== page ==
The slides of the presentation are available here.

Rone : Créatures & Cie @ Palais de Tokyo

Rone was invited to unveil the universe he created for his latest album Créatures at the Palais de Tokyo (Le Point Perché). Along with illustrations, photographs, binaural experiences and video games, CoSiMa presented Créatures & Cie – Collective Sound Check, a spontaneous collective performance that enables the audience to play with Rone’s creatures. By simply opening a web page, the visitors of the exhibition can discover a novel way of exploring Rone’s musical universe and fill in the space with his sound creatures.

http://cosima.ircam.fr/creatures-et-cie (from a smartphone)

This performance is a first step towards a new generation of interactive musical experiences that Rone is developing in collaboration with IRCAM.

Rone : Creatures & Cie

Sonosphere @ Confluences

Orbe designed and implemented Sonosphere for the Confluence museum that opened at the end of 2014 in Lyon. Sonosphere is an immersive sound experience deployed indoor and outdoor. The visitor navigates through the voices that inhabit the areas of the museum with a mobile device. Sonosphere at the Confluence museum allows the visitor to explore the sound memory of the museum, to discover spaces behind the scenes, and to access other hidden dimensions.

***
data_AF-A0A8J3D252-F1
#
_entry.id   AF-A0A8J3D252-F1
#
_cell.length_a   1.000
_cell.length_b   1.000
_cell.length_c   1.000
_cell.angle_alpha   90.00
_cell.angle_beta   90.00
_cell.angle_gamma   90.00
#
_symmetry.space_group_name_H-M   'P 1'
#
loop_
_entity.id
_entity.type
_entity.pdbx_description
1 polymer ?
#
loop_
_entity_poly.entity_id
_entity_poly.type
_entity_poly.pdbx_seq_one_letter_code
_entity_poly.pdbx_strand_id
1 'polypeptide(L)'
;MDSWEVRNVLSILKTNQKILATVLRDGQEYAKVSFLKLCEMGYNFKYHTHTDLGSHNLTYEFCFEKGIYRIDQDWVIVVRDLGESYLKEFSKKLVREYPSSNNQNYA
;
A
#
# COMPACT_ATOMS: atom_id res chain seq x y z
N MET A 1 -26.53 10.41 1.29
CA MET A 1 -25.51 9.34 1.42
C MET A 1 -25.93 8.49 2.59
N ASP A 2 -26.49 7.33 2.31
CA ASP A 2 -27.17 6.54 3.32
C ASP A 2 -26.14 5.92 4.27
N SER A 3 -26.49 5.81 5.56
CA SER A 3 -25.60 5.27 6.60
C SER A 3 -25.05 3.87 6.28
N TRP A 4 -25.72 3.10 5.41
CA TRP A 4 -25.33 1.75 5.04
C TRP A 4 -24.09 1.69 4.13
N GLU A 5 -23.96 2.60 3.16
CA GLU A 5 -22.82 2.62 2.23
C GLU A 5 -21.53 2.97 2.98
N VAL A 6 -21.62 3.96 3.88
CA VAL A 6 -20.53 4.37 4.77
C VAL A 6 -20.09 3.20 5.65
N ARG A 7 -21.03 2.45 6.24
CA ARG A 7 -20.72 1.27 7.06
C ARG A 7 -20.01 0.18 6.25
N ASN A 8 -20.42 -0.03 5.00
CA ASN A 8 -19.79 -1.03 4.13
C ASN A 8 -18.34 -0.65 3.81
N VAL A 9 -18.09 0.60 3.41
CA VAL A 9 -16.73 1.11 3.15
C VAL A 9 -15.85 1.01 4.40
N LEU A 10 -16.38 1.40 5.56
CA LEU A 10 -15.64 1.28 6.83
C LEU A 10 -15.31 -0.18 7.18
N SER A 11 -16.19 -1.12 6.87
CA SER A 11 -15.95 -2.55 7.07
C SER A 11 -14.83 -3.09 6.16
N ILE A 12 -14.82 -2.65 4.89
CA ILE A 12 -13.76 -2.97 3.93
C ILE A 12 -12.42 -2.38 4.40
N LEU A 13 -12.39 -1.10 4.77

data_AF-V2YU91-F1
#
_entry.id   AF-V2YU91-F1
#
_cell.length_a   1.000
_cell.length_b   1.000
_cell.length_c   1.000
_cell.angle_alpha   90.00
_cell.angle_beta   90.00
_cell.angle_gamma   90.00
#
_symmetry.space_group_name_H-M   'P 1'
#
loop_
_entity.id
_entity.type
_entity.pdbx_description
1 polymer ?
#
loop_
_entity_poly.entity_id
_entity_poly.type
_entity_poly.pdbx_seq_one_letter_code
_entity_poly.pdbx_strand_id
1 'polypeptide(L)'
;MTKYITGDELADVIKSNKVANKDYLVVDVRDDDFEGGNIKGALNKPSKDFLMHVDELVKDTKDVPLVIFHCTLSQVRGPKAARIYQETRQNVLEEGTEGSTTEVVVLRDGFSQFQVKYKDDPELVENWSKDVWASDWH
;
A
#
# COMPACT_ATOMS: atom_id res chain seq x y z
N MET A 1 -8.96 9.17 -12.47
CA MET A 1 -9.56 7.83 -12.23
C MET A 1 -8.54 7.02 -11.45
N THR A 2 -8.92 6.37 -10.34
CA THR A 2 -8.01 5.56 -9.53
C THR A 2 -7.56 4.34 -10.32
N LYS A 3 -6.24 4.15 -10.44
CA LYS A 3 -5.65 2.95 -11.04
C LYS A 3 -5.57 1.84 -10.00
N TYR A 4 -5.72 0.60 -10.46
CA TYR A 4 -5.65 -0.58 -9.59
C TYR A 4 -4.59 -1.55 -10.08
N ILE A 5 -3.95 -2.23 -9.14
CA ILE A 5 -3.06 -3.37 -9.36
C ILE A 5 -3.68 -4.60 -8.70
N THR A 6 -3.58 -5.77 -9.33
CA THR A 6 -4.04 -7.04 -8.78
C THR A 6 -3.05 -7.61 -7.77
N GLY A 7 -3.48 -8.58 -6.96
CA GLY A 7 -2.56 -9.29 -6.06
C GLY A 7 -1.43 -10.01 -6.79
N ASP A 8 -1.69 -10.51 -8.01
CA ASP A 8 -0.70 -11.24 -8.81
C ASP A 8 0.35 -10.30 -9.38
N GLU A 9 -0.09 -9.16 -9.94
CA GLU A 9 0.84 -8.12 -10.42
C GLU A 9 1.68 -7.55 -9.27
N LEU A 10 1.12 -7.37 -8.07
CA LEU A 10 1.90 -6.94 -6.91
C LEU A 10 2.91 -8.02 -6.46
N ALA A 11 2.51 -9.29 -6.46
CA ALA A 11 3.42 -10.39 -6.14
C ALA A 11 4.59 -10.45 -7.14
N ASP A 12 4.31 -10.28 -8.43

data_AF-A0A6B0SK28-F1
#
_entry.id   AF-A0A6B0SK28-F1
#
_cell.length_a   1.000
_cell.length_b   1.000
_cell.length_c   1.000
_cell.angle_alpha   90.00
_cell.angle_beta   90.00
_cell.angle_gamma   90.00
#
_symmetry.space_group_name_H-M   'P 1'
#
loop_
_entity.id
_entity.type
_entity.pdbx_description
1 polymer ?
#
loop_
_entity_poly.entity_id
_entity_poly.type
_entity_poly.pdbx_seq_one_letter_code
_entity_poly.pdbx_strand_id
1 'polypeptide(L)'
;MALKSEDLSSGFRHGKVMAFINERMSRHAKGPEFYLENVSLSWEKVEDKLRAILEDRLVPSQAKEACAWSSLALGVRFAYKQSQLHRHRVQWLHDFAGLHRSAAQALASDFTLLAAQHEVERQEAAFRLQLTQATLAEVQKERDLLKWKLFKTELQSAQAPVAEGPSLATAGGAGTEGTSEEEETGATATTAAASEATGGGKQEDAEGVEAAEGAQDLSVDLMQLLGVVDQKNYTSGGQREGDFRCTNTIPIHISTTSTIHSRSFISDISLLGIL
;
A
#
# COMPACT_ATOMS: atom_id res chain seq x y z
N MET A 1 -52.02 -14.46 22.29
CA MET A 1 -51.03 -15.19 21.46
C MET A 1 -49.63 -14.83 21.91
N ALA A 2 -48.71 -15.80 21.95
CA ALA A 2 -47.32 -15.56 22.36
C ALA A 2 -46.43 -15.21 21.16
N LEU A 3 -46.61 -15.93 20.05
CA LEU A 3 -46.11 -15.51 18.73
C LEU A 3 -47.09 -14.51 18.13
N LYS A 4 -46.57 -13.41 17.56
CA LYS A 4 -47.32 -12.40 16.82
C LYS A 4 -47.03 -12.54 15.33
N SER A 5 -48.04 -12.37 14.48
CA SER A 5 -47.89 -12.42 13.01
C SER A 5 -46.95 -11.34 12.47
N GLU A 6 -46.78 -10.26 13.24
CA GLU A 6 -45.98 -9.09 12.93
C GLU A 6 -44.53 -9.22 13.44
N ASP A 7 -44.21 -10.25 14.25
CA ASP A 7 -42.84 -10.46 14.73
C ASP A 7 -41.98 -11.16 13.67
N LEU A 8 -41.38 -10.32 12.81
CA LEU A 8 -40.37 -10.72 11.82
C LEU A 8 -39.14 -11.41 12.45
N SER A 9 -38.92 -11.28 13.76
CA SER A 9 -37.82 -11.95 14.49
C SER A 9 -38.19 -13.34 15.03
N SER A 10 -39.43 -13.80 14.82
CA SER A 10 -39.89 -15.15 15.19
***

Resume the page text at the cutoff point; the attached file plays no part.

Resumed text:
As part of the CoSiMa project, Sonosphere integrates 3D-sound technologies provided by IRCAM. Visitors are solicited by spatialized voices that seem to come from the art pieces, columns or walls. HRTF filtering enables spatial localization of sound sources. The visitors are continuously geolocated through a Bluetooth LE beacon network that equips the 20,000 m² of the museum, and we use the smartphone inertial sensors to get an idea of the orientation of the visitors within the space. Display free mode allows the visitors to navigate with their ears. This intuitive interface is close to natural listening and thus requires no learning.

With this geolocation and binaural sound processing, Sonosphere adds a sound layer to the museum spaces. The sounds no longer belong to the headphones, but are truly part of the environment.